As a mom raising a son with mental illness (MI) I’m desperate to know more of His love—for me and for Chris. Hillsong’s ‘The Greatness of our God’ echoes my prayer: to increase my understanding of His love and calm my fears. Here are some of my favorite words in that song:

Give me grace to see

Beyond this moment here.

To believe that there

Is nothing left to fear.

 

That You alone are high above it all.

For You my God, are greater still.

 

There is nothing that can ever

Separate us from Your love.

No life, no death, of this I am convinced.

You my God, are greater still.

Be blessed as you listen to that song:

http://www.youtube.com/watch?v=Vf2YJAG84_8

 

Amazing Moms

super.mom.frame

The most amazing moms have nothing. Think about it.  That’s when they have to rely completely on God. That’s when they shine.

Take, for example, two widows in the Bible.

One of the women had an encounter with Elijah. God had directed Elijah to see her. We read about their meeting in 1 Kings 17:8-12.

“Then the word of the Lord came to him: ‘Go at once to Zarephath in the region of Sidon and stay there. I have directed a widow there to supply you with food.’ So he went to Zarephath. When he came to the town gate, a widow was there gathering sticks. He called to her and asked, ‘Would you bring me a little water in a jar so I may have a drink?’ As she was going to get it, he called, ‘And bring me, please, a piece of bread.’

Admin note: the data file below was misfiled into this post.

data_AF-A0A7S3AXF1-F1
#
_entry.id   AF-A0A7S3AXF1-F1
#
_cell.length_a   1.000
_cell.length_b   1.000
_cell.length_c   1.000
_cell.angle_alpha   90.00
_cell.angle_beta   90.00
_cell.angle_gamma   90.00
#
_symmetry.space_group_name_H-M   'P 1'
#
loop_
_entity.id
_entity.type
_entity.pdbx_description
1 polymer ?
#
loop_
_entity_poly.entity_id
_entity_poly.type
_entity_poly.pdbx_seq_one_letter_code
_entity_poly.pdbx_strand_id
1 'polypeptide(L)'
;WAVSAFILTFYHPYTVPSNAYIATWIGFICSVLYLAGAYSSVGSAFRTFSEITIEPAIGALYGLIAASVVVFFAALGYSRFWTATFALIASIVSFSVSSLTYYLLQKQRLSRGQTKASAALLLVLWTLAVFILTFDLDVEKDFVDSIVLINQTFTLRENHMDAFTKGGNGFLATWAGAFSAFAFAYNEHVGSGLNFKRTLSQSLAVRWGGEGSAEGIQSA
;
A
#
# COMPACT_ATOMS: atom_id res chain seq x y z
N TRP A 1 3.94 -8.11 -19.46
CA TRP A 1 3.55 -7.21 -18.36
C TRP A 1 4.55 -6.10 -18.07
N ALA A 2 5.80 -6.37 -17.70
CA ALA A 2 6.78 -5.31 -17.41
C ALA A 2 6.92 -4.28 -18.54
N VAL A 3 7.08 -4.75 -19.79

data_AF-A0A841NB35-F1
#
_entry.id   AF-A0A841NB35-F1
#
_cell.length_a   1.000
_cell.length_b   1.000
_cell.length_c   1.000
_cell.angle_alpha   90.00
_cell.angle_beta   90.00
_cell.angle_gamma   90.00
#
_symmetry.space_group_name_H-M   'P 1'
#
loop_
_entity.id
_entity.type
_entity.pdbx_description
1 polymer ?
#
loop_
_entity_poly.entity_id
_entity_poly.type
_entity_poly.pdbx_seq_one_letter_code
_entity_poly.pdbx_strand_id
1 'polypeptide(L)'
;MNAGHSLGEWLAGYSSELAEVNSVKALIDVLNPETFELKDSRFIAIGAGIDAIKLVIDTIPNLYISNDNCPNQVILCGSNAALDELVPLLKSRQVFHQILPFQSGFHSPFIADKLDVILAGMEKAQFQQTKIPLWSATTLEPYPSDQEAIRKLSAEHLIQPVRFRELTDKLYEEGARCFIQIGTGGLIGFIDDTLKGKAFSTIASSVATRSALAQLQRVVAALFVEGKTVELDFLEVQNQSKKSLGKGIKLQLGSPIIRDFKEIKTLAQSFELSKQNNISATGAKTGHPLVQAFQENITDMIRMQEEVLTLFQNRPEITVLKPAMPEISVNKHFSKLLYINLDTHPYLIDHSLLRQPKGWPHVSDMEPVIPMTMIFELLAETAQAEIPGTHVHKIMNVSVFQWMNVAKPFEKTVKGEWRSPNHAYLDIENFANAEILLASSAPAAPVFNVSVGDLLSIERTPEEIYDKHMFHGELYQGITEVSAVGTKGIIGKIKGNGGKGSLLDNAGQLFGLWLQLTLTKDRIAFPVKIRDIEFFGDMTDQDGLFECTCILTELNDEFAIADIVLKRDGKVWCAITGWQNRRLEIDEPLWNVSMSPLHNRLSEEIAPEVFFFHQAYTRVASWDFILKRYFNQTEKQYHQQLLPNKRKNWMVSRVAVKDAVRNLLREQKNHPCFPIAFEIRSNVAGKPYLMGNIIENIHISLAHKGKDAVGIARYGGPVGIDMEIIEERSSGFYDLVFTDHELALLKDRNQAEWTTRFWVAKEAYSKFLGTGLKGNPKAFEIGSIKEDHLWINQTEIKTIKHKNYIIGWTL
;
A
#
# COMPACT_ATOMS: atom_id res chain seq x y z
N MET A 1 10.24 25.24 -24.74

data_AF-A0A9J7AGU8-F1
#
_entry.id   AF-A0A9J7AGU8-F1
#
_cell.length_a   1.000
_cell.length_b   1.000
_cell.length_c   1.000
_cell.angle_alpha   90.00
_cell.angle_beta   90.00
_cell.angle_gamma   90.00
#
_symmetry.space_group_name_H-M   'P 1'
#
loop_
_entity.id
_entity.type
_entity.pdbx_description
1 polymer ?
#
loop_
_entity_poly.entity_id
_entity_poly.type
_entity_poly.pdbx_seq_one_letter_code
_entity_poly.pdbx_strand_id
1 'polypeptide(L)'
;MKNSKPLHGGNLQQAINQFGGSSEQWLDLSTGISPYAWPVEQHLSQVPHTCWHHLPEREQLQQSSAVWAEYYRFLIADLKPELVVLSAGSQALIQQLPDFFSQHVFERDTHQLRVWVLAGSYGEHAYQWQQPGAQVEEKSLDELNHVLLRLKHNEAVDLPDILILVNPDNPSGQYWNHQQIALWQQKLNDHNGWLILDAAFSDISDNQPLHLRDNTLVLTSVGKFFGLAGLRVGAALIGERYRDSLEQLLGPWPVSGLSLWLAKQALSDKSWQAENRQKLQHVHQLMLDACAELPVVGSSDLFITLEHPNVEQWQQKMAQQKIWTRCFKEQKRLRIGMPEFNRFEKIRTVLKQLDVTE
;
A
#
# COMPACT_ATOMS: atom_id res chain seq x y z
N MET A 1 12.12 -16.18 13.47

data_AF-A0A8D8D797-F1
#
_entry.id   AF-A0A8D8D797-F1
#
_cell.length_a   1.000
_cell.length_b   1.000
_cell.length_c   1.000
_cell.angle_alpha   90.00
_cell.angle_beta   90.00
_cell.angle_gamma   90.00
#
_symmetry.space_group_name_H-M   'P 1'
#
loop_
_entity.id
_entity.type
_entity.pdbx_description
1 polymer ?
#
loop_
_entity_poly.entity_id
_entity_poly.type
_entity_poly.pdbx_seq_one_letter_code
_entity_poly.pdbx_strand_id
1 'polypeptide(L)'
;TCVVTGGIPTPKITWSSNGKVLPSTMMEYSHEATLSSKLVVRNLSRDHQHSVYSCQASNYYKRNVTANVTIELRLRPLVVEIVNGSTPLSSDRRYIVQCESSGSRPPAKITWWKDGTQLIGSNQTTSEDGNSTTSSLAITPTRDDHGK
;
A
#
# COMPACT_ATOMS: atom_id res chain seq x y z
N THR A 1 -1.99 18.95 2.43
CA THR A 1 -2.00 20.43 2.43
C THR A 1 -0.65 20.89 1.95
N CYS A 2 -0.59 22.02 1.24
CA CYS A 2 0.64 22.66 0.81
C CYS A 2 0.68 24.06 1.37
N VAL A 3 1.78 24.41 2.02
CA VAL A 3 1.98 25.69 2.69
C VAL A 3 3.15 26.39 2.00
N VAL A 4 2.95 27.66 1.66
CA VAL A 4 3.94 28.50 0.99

“‘As surely as the Lord your God lives,’ she replied, ‘I don’t have any bread—only a handful of flour in a jar and a little olive oil in a jug. I am gathering a few sticks to take home and make a meal for myself and my son, that we may eat it—and die.’”

Now THAT’S desperate! She had no husband, not enough food to feed her son, and felt impending death. But God had other plans.

Elijah said to her, “Don’t be afraid. Go home and do as you have said. But first make a small loaf of bread for me from what you have and bring it to me, and then make something for yourself and your son. For this is what the Lord, the God of Israel, says: ‘The jar of flour will not be used up and the jug of oil will not run dry until the day the Lord sends rain on the land. (1 Kings 17:13-14)’”

What did she do? “She went away and did as Elijah had told her (1 Kings 17: 15).”

That response inducted her into the Hall of Amazing Moms.

Dire circumstances didn’t dampen her trust in God. Her faith in Him didn’t waver. What a display of trust in the Lord! Maybe temptation taunted her to feed her son first. Who would blame her? A perfect stranger delivered a challenge. Did she believe him for the promise? No. Her firm belief rested on God and His faithfulness.

The result?  “So there was food every day for Elijah and for the woman and her family. For the jar of flour was not used up and the jug of oil did not run dry, in keeping with the word of the Lord spoken by Elijah. (1 Kings 17: 15-16).”

Let’s peek into the life of another widow.

“The wife of a man from the company of the prophets cried out to Elisha, ‘Your servant my husband is dead, and you know that he revered the Lord. But now his creditor is coming to take my two boys as his slaves.’

Elisha replied to her, ‘How can I help you? Tell me, what do you have in your house?’”